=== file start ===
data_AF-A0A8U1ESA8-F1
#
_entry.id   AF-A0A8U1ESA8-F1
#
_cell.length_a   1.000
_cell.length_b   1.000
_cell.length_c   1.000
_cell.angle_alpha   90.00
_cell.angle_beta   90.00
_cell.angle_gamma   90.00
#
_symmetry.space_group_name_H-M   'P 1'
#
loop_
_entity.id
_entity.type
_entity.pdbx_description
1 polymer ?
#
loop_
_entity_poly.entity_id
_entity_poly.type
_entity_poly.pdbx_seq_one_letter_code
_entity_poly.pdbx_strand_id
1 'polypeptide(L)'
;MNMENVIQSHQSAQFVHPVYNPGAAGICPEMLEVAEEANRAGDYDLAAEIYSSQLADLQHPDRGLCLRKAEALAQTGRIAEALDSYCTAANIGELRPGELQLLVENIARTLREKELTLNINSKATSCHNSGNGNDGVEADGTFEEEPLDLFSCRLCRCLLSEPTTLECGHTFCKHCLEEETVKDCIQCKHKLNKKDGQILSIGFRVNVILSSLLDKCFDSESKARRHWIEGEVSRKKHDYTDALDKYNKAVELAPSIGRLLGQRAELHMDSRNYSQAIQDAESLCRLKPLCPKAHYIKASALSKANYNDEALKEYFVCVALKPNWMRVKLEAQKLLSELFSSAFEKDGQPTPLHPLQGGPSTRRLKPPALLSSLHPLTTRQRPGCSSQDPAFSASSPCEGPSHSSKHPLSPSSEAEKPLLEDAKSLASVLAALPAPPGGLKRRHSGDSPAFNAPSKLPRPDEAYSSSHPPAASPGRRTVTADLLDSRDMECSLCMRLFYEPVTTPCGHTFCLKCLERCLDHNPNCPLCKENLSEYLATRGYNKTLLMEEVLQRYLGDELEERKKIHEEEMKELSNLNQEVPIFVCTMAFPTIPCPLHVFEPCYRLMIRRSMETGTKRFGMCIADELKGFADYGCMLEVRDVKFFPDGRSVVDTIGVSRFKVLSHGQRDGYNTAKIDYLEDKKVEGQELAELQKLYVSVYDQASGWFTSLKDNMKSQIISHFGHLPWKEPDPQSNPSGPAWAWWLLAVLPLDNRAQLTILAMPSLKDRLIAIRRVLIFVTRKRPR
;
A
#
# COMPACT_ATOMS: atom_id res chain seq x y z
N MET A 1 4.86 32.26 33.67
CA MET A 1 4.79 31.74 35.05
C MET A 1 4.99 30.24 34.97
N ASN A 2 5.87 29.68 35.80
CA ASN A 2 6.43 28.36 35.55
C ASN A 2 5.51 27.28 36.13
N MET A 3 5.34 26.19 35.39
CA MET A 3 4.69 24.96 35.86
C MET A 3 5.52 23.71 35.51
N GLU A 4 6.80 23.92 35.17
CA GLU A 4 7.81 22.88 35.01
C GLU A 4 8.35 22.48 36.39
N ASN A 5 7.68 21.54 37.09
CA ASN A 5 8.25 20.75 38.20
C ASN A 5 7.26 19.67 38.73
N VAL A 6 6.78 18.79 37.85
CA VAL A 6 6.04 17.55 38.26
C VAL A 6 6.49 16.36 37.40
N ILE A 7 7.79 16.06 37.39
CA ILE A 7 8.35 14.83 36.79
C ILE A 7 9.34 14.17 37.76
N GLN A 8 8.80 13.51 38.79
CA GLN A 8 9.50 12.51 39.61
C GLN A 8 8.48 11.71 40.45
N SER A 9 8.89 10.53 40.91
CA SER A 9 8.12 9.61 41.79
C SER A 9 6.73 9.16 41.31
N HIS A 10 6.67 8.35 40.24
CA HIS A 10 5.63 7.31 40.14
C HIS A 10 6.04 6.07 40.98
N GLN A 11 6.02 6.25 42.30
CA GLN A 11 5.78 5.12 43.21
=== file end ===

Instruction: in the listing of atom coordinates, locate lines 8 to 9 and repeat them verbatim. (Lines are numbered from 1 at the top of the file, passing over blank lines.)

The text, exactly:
_cell.angle_alpha   90.00
_cell.angle_beta   90.00